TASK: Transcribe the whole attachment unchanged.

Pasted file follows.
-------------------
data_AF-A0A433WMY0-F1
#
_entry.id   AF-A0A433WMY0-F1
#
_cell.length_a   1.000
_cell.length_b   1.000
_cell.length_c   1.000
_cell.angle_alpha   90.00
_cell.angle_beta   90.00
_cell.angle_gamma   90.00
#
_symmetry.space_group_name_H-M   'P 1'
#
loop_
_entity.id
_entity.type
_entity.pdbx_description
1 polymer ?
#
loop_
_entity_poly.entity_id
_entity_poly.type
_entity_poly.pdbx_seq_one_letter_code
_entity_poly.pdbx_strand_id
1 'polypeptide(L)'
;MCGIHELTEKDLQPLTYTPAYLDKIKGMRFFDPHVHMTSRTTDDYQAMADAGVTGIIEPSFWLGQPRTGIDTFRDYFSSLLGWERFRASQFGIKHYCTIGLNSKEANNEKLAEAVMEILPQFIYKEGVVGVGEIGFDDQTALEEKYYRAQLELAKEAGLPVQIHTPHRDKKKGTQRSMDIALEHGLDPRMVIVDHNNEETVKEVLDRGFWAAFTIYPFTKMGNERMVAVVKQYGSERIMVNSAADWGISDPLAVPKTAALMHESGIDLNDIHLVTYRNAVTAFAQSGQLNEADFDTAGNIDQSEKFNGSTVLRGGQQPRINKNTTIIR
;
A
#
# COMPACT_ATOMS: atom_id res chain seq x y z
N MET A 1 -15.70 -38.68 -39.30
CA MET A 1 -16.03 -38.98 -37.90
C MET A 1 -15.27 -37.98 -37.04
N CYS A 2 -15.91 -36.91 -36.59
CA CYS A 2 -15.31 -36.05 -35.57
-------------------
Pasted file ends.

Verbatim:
data_AF-A0A433WMY0-F1
#
_entry.id   AF-A0A433WMY0-F1
#
_cell.length_a   1.000
_cell.length_b   1.000
_cell.length_c   1.000
_cell.angle_alpha   90.00
_cell.angle_beta   90.00
_cell.angle_gamma   90.00
#
_symmetry.space_group_name_H-M   'P 1'
#
loop_
_entity.id
_entity.type
_entity.pdbx_description
1 polymer ?
#
loop_
_entity_poly.entity_id
_entity_poly.type
_entity_poly.pdbx_seq_one_letter_code
_entity_poly.pdbx_strand_id
1 'polypeptide(L)'
;MCGIHELTEKDLQPLTYTPAYLDKIKGMRFFDPHVHMTSRTTDDYQAMADAGVTGIIEPSFWLGQPRTGIDTFRDYFSSLLGWERFRASQFGIKHYCTIGLNSKEANNEKLAEAVMEILPQFIYKEGVVGVGEIGFDDQTALEEKYYRAQLELAKEAGLPVQIHTPHRDKKKGTQRSMDIALEHGLDPRMVIVDHNNEETVKEVLDRGFWAAFTIYPFTKMGNERMVAVVKQYGSERIMVNSAADWGISDPLAVPKTAALMHESGIDLNDIHLVTYRNAVTAFAQSGQLNEADFDTAGNIDQSEKFNGSTVLRGGQQPRINKNTTIIR
;
A
#
# COMPACT_ATOMS: atom_id res chain seq x y z
N MET A 1 -15.70 -38.68 -39.30
CA MET A 1 -16.03 -38.98 -37.90
C MET A 1 -15.27 -37.98 -37.04
N CYS A 2 -15.91 -36.91 -36.59
CA CYS A 2 -15.31 -36.05 -35.57